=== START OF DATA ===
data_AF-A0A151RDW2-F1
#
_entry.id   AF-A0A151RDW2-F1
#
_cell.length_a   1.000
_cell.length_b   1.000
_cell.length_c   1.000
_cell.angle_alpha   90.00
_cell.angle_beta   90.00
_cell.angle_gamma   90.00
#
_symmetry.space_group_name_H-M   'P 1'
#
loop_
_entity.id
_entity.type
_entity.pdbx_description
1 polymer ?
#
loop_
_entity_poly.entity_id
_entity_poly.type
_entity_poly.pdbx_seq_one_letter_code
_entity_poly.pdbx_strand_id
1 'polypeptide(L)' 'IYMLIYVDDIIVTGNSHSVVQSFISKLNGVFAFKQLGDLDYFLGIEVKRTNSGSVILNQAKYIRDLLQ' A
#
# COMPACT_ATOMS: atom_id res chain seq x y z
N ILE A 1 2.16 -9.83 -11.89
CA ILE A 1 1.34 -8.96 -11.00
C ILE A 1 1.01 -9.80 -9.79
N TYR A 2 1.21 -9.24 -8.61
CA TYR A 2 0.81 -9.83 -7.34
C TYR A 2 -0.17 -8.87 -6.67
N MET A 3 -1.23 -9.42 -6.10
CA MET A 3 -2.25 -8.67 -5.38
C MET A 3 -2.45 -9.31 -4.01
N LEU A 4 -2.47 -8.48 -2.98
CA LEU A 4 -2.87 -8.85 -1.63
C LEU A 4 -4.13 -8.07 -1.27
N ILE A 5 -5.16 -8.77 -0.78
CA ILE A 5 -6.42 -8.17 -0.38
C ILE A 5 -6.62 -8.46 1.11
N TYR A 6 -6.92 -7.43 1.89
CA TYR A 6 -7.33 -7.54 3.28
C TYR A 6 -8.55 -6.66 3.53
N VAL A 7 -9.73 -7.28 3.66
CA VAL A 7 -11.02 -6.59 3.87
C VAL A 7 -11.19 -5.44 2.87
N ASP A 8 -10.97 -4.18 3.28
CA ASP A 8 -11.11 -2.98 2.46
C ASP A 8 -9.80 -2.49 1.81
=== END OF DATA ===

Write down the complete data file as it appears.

data_AF-A0A151RDW2-F1
#
_entry.id   AF-A0A151RDW2-F1
#
_cell.length_a   1.000
_cell.length_b   1.000
_cell.length_c   1.000
_cell.angle_alpha   90.00
_cell.angle_beta   90.00
_cell.angle_gamma   90.00
#
_symmetry.space_group_name_H-M   'P 1'
#
loop_
_entity.id
_entity.type
_entity.pdbx_description
1 polymer ?
#
loop_
_entity_poly.entity_id
_entity_poly.type
_entity_poly.pdbx_seq_one_letter_code
_entity_poly.pdbx_strand_id
1 'polypeptide(L)' 'IYMLIYVDDIIVTGNSHSVVQSFISKLNGVFAFKQLGDLDYFLGIEVKRTNSGSVILNQAKYIRDLLQ' A
#
# COMPACT_ATOMS: atom_id res chain seq x y z
N ILE A 1 2.16 -9.83 -11.89
CA ILE A 1 1.34 -8.96 -11.00
C ILE A 1 1.01 -9.80 -9.79
N TYR A 2 1.21 -9.24 -8.61
CA TYR A 2 0.81 -9.83 -7.34
C TYR A 2 -0.17 -8.87 -6.67
N MET A 3 -1.23 -9.42 -6.10
CA MET A 3 -2.25 -8.67 -5.38
C MET A 3 -2.45 -9.31 -4.01
N LEU A 4 -2.47 -8.48 -2.98
CA LEU A 4 -2.87 -8.85 -1.63
C LEU A 4 -4.13 -8.07 -1.27
N ILE A 5 -5.16 -8.77 -0.78
CA ILE A 5 -6.42 -8.17 -0.38
C ILE A 5 -6.62 -8.46 1.11
N TYR A 6 -6.92 -7.43 1.89
CA TYR A 6 -7.33 -7.54 3.28
C TYR A 6 -8.55 -6.66 3.53
N VAL A 7 -9.73 -7.28 3.66
CA VAL A 7 -11.02 -6.59 3.87
C VAL A 7 -11.19 -5.44 2.87
N ASP A 8 -10.97 -4.18 3.28
CA ASP A 8 -11.11 -2.98 2.46
C ASP A 8 -9.80 -2.49 1.81